Positions in Europe: Short EUR-USD (FXE); European Financials (EUFN)
As Keith wrote today in this morning notes: “From a research/risk management perspective, yesterday was one of the best days we’ve had versus our sell-side competition since ‘08. It was also the biggest down day for stocks since ‘08, so that makes sense. Having 0% asset allocation to US/European Equities helps.
- GROWTH – is slowing… Period. The #1 headline in Europe this morning isn’t about a lying politician, it’s all about GROWTH. Slowing growth makes any leverage problem worse at an accelerating rate. IP growth down 2% y/y in Spain in June.
- STAGFLATION – stocks pay a lower multiple for that… Period. The #2 headline in Europe this morning isn’t about Europigs, it’s about UK input prices ripping higher to +18.5% Y/Y in July vs +17% in June. That will come down in AUG, but that’s bad for margins.
- LEVELS – bearish and broken… Period. Every Global Equity market in the world (other than Venezuela) is now officially broken on both my TRADE and TREND durations. In commodities, both Copper and WTIC Oil snapped TRADE and TREND lines this week. And in Fixed Income, UST bonds are hitting new highs as Growth Slowing + Deflating The Inflation is bullish for UST bonds.
Every bear market gets immediate-term TRADE oversold, and that’s what I see this morning. That said, I want to be crystal clear on this, sell all rallies in Equities/Commodities because the Street is still too long and needs to take down gross and net exposures.”
As it relates specifically to Europe, European equities took it on the chin this week. On a one week performance basis: Finland’s OMX -14.0%; Italy’s MIB -12.1%; Greece’s ATHEX -11.8%;Germany’s DAX -11.7%; Ireland’s Overall Index -10.1%; France’s CAC -9.4%; and Portugal’s PSI20 -7.9%, to name a few indices. Neither the periphery nor the heart of Europe was immune to the decline.
The EUR-USD saw substantial day-over-day gains this week, but traded within our range of $1.40 to $1.43. Importantly, we want to stress that if both our TREND level of $1.43 and TRADE level of $1.40 on the EUR-USD pair break, we don’t see downside support until $1.28.
This week our Financials team had a call with Peter Atwater, and among his many astute comments I agree with his assessment that France is one key country to monitor as it relates to sovereign debt contagion. In particular, Atwater notes there’s a real threat that France could lose its AAA credit rating. This point is critical for the AAA rated bonds issued by the EFSF can only maintain this rating so long as the countries backing the facility maintain their AAA status. And France, behind Germany, has the second largest collateral guarantee on the facility—therefore a downgrade of France would be a huge impairment on the facility, which already looks significantly underfunded should Italy and Spain require assistance.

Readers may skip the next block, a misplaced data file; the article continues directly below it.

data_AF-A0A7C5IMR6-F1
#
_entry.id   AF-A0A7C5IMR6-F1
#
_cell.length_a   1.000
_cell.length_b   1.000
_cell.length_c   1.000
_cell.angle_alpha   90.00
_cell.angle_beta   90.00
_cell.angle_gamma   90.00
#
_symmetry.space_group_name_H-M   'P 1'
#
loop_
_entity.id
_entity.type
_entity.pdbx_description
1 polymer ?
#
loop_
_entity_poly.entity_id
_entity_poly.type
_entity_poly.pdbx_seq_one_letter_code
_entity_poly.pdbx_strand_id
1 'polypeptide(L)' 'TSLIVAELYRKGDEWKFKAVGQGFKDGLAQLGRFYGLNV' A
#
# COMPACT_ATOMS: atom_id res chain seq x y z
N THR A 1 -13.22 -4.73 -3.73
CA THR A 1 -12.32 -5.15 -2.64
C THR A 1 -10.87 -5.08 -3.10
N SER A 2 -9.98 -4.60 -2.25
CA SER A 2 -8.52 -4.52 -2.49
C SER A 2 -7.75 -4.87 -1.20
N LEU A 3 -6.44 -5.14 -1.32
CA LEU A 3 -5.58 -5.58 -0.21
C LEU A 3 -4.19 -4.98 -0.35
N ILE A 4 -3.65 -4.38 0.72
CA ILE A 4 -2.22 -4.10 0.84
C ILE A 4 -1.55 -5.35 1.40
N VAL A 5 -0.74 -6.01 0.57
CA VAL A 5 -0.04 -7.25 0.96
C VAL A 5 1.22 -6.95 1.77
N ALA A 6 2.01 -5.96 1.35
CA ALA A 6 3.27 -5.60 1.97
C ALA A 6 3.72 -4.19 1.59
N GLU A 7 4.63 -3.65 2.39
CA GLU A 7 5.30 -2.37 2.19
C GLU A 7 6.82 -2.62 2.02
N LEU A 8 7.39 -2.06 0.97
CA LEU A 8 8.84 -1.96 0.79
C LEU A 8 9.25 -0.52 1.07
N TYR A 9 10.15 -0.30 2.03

This leaves us increasingly comfortable to short France and Germany on a bounce. Below we show CDS spreads as one indicator of the building risk premium for the two countries commonly understood as Europe’s backbone. While both are far from CDS levels reached by the PIIGS, or even the 300bp line that we’ve noted as an important breakout line, both countries will be front and center on our screens.
Given that the EU parliament doesn’t return to session until mid September to vote on the terms of the newly crafted EFSF, we have a number of weeks of indecision ahead of us – we think this bodes poorly for a region that has struggled over the last two years to present credible plans to arrest sovereign debt contagion. Further, comments yesterday from ECB President Trichet that the Securities Markets Program (SMP) to buy up sovereign bonds would partially resume indicates that the Bank will need to continue to support demand for future PIIGS auctions, especially until the terms of the EFSF are finalized in September. On this score, we’re particularly worried about Italy and Spain, given their steep maturity schedules into year-end and rising bond yields.
Sentiment shock waves also came in the form of an announcement yesterday from Spain’s Treasury that it has suspended a bond auction originally planned for August 18th, but noted the cancellation of the auction was not a response to market turbulence (throat clear).
Below we show two charts that stood out in today’s data—UK input cost inflation, which highlights our call on the stagflation component of our sticky stagflation thesis in the UK; and slowing high frequency German data, including Industrial Production and Factory Orders.